The Design Manufacturing Futures lab at University of Bristol took the PhysiCAD project to Newcastle this weekend to showcase our work. We were a crowd favourite with about 500 people visiting our stand over the two days at the Centre for Life.

I made a slight modification to our ‘big rig’ for the younger audience at Maker Faire turning it into a “Beat the Joker” LEGO bridge building game. Teams had to construct a LEGO bridge in 8 minutes so Batman could get across a river and stop the Joker from robbing a bank. Once a team had finished building their bridge they could enter some basic dimensions and information about it into the PhysiCAD system to determine if Batman had succeeded. Build your bridge too narrow? Batman can’t get across! Build your bridge too low? The ship will crash into it and sink! People of all ages loved having a go working together to build LEGO bridges and we took the opportunity to tell them more about the PhysiCAD project and our ambition to make digital design more physical.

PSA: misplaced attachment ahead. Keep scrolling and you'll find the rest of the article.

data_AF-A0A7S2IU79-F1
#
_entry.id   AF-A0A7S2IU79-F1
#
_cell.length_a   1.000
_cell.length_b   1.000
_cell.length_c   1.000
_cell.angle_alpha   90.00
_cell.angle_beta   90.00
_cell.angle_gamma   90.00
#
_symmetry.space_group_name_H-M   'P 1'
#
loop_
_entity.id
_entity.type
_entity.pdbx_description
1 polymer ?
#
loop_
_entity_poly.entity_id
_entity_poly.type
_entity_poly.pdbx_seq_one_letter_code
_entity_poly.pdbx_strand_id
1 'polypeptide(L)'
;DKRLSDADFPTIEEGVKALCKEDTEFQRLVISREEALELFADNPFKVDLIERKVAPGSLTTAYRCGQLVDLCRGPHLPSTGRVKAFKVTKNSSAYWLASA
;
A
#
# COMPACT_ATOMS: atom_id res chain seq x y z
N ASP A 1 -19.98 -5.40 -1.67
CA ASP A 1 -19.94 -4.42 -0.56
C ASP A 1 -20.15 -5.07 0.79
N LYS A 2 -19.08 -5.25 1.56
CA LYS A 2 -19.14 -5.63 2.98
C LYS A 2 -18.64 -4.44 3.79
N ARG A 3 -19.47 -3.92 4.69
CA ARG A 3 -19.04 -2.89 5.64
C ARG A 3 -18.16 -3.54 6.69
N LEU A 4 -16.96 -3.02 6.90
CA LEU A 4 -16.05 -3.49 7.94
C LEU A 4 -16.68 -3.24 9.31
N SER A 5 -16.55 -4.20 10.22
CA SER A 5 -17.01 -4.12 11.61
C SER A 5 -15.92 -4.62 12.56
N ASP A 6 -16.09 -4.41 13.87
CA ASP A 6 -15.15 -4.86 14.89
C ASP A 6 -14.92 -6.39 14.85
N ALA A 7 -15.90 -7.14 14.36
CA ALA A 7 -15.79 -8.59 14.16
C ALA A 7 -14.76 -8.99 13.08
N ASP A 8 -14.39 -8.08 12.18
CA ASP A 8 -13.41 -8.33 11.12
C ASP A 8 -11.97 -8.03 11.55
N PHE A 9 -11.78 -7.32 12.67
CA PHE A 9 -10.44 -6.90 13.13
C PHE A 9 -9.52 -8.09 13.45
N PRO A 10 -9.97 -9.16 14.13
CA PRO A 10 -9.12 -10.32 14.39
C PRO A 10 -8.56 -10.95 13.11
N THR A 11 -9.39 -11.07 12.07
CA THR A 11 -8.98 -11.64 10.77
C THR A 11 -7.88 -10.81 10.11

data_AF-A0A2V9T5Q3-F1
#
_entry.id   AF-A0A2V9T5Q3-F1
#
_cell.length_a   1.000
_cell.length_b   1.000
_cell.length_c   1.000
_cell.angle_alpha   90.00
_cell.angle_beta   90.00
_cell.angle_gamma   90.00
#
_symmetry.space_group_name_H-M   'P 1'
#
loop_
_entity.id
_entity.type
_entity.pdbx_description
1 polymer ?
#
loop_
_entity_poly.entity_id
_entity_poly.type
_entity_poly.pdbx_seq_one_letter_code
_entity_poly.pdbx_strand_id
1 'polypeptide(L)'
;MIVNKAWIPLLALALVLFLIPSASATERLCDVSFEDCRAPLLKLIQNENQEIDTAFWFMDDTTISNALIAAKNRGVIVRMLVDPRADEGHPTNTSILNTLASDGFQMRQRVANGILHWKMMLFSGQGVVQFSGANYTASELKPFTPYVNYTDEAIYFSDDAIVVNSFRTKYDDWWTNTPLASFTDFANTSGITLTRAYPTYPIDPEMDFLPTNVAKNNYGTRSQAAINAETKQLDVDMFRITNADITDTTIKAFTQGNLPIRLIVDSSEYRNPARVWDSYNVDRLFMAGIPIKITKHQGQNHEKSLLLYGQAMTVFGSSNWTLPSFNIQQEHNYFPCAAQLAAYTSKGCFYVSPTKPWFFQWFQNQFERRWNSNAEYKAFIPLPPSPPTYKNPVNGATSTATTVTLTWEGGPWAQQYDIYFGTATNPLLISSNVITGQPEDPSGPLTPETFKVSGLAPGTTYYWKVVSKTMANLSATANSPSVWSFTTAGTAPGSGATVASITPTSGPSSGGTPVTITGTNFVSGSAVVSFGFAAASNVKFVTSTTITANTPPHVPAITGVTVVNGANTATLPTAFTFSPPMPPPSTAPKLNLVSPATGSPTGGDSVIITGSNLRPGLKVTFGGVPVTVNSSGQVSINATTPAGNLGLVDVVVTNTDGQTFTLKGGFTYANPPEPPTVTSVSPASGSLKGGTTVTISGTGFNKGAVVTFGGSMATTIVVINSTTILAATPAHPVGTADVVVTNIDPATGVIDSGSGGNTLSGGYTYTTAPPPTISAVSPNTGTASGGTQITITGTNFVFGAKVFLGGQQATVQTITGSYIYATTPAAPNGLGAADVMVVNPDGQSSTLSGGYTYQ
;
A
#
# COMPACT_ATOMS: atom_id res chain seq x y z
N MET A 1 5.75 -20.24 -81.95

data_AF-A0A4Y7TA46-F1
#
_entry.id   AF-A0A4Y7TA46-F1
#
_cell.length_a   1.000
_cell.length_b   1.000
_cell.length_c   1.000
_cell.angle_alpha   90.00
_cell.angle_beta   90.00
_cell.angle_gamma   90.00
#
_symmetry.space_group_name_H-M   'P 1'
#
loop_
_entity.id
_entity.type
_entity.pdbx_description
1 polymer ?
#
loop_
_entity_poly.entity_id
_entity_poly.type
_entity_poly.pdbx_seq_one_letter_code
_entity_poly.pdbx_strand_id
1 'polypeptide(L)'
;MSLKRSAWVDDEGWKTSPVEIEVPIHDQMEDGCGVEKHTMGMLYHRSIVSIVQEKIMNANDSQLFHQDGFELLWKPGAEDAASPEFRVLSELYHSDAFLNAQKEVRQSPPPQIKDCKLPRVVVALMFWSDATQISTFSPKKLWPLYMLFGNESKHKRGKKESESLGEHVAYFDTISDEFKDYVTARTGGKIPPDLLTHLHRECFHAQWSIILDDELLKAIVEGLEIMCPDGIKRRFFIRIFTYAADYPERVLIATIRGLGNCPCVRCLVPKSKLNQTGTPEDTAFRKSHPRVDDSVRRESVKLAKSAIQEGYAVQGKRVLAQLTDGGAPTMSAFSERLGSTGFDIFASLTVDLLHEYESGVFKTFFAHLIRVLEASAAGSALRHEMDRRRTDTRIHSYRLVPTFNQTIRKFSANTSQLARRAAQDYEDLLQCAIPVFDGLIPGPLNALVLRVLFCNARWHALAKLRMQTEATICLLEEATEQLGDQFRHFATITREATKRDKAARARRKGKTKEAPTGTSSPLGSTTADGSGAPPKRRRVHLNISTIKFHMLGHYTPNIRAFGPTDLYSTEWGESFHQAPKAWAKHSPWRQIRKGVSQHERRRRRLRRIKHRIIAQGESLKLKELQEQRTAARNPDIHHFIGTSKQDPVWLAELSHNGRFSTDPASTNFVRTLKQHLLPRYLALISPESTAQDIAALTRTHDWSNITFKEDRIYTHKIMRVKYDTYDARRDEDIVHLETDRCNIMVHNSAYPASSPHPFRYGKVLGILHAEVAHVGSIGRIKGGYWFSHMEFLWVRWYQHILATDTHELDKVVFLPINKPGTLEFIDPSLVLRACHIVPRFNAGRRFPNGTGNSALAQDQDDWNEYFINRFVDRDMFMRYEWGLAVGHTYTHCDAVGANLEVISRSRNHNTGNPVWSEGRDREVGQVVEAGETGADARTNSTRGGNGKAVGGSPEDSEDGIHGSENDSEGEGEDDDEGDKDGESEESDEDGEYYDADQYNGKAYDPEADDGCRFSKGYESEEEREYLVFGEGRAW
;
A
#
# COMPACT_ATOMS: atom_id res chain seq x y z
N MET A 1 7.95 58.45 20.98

David demonstrated a version of the InstructiBlocks system getting people to build simple LEGO spaceships by following instructions embedded in individual bricks using RFIDs. The system runs entirely on a Raspberry Pi and using the PiCamera people using it can take pictures of their model without having to leave the program. Lots of people were really enthusiastic about the system and we were able to capture a lot of really useful data that we can use to improve the system for our upcoming study on how design rules affect design variation.

Big thanks to the Newcastle Maker Faire crew (and the city of Newcastle!) for hosting such an awesome event. The PhysiCAD team had a great time and can’t wait to go back again.